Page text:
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January 18, 2018
There's another buzz-phrase circling the tech sector. With stage one of the Internet of Things underway, the tech glitterati are looking to the next big thing -- how connected devices can do more for us by connecting not just with the Internet, but with each other, and in a multitude of ways.
A number of companies are calling that ambient intelligence. It's a combination of the idea that the whole (of IoT) is bigger than the sum of its parts and that the next-generation of network intelligence won't just be hosted in a data center, but all around us.
The concept of ambient intelligence surfaced recently in comments from Amazon Web Services Inc. GM Sarah Cooper. Cooper was speaking on a panel at CES about her thoughts on what should happen next in a world of connected devices. High on that list? Cooper said she wants "to see more of this ambient intelligence layer, where the additive value of a couple of devices working together gives me more benefit than any one device."
The philosophy has been around for several years, but developments in connectivity and artificial intelligence are bringing ambient intelligence closer to reality. Consider Comcast Corp. (Nasdaq: CMCSA, CMCSK)'s smart home initiatives. The cable company is building a system that will recommend actions (turning a thermostat up or turning the lights off) based on what it knows about group and individual behavioral patterns. The company is starting with connected devices in the home, but plans to extend its reach into wearable technologies, connected cars and more. Comcast is building ambient intelligence. (See Comcast Unlocks xFi-Powered Smart Home.)
Figure 1: Comcast showed off connected devices working together at CES.
ZigBee Alliance President and CEO Tobin Richardson agreed with AWS' Cooper on the CES panel that it's time to make data and devices do more.
"I'm going to double down on domain intelligence, or ambient intelligence," said Richardson. "I think that's something I'd really like to see is the artificial intelligence take advantage of all the data that's out there. There's enough right now to be doing some really interesting things... And I think we're just on the crux of that right now, where we've hit a saturation point where there should be enough data to pull something together there as well as the artificial intelligence behind that."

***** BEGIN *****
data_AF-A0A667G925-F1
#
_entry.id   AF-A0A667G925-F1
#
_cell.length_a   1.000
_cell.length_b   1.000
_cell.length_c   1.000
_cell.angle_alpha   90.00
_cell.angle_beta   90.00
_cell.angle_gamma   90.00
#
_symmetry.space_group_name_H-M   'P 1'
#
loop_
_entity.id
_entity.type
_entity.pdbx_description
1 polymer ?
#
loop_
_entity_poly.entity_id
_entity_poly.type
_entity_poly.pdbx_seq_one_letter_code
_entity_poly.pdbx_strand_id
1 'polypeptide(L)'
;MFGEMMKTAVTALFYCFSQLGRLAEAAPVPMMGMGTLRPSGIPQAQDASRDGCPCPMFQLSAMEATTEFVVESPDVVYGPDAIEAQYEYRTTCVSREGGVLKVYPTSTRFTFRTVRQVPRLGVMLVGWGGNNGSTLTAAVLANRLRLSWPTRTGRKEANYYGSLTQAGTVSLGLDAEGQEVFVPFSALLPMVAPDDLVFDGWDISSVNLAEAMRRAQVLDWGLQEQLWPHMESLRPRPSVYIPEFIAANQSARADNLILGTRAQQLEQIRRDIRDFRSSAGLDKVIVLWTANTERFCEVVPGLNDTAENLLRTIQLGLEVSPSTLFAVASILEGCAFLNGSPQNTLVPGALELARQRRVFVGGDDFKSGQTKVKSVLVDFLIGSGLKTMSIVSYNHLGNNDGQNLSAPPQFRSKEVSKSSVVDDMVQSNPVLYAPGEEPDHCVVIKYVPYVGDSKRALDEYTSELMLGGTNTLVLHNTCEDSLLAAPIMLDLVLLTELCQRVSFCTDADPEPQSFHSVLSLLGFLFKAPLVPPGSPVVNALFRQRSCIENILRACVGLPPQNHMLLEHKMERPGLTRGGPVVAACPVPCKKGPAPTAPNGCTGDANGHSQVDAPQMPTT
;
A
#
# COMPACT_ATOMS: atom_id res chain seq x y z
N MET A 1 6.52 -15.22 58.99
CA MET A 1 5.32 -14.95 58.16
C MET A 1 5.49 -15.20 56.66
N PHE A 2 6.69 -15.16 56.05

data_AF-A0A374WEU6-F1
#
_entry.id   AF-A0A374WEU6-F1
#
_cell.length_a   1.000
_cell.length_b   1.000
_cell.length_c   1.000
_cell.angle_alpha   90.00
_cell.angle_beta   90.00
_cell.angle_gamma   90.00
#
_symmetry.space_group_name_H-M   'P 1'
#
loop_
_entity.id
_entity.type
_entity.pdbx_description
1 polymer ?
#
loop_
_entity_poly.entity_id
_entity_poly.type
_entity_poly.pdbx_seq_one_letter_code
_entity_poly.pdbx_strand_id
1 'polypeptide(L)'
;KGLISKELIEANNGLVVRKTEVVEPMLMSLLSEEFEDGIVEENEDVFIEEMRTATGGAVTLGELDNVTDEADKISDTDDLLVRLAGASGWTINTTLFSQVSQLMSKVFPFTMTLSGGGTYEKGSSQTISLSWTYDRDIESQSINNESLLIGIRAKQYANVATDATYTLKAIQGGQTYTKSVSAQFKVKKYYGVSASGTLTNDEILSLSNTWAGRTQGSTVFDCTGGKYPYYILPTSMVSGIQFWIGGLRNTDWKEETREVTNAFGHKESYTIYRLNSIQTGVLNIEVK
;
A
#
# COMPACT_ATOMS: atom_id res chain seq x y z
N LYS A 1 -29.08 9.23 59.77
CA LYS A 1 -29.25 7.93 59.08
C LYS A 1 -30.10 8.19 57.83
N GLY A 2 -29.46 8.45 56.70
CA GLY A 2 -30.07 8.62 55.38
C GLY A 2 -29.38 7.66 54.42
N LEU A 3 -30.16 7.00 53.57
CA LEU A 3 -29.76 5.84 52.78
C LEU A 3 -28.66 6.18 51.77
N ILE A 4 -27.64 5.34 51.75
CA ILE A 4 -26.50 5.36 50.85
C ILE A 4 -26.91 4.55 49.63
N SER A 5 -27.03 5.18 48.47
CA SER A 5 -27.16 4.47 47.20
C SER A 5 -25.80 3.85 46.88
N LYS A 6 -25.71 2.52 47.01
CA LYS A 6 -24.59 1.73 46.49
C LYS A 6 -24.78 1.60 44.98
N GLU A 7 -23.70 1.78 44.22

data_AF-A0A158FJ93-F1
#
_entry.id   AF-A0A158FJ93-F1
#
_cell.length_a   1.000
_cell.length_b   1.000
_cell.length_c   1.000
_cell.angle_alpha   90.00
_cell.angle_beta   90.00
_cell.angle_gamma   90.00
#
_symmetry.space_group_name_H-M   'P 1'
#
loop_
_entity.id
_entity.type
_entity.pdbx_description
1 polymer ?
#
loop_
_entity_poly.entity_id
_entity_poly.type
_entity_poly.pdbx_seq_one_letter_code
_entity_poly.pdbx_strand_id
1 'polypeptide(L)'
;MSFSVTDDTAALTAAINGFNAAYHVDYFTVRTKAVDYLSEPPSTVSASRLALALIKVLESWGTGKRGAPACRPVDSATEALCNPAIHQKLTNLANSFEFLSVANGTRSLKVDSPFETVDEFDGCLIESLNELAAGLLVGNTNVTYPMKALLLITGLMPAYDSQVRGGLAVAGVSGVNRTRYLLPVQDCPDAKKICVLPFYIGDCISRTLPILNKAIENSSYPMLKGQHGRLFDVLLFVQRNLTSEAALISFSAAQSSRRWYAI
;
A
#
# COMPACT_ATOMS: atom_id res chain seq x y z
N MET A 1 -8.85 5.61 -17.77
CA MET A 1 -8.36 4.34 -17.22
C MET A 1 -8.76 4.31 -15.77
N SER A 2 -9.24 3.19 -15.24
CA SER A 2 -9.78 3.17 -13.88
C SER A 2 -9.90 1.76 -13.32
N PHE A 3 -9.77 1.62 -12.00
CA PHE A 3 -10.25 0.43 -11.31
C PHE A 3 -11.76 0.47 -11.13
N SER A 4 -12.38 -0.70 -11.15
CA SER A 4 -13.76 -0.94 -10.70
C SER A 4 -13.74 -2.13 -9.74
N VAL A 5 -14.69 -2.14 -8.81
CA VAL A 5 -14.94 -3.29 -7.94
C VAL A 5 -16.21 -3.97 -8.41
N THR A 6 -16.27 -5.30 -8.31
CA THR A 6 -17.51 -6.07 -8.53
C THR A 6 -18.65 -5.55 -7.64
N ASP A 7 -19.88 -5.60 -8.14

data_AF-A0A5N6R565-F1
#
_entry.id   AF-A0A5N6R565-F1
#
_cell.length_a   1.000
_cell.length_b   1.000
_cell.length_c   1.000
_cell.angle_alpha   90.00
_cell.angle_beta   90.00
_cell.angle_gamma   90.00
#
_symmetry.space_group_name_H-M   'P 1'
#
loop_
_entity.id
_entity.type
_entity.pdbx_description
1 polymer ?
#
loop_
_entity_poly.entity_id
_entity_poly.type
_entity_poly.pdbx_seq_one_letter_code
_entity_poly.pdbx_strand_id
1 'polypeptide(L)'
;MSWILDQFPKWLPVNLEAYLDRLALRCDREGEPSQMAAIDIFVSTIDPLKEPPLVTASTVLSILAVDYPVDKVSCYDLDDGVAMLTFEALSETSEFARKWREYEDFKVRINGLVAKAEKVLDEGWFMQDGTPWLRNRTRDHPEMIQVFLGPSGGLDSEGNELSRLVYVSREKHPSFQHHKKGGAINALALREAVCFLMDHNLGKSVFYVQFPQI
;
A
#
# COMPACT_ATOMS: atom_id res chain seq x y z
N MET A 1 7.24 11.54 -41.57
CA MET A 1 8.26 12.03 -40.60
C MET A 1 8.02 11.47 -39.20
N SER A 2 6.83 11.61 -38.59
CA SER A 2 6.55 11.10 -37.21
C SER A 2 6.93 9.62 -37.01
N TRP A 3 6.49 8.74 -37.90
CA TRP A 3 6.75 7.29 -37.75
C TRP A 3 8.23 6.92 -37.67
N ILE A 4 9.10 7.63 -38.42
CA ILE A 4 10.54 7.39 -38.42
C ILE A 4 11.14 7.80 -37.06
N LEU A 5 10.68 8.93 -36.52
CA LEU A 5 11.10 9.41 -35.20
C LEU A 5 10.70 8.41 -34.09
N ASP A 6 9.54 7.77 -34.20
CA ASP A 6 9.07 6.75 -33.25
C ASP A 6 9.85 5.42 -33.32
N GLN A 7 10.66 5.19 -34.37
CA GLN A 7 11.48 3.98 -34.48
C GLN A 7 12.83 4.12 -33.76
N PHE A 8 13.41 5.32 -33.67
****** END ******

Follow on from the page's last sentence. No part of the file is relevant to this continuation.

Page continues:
The problem, however, as Cooper also outlined, is that there has to be a more effective way to recognize financial returns from ambient intelligence applications. She noted that, "I think we haven't seen [the growth of ambient intelligence] because of this ecosystem problem of how do we then distribute that additive value, how can we distribute that back to the vendors?"
This, in some ways, is the same issue that the telecom sector is grappling with as it explores how best to charge for connectivity in low-end sensor devices. Until recently, there hasn't been a business model in place to support these types of connections, but that's slowly starting to change. (See Don't Put a SIM Card in a Rodent Trap and Senet Virtualizes Worldwide IoT Network.)
Business models for ambient intelligence will also have to evolve. That includes not just the connectivity piece, but also who gets paid for the computing power and the algorithms used, and how the balance of power is negotiated among hardware, software and services companies. And that's without even mentioning security.
There's work to be done, but big industry forces are all moving in the same direction. If you tie today's major tech-conference themes together -- IoT, edge computing, AI, automation, even 5G -- they all point toward the same idea of ambient intelligence. The name may or may not stay the same, but the concept continues to gain traction.
— Mari Silbey, Senior Editor, Cable/Video, Light Reading
Senior Editor, Cable/Video
Mari Silbey is a senior editor covering broadband infrastructure, video delivery, smart cities and all things cable. Previously, she worked independently for nearly a decade, contributing to trade publications, authoring custom research reports and consulting for a variety of corporate and association clients. Among her storied (and sometimes dubious) achievements, Mari launched the corporate blog for Motorola's Home division way back in 2007, ran a content development program for Limelight Networks and did her best to entertain the video nerd masses as a long-time columnist for the media blog Zatz Not Funny. She is based in Washington, D.C.
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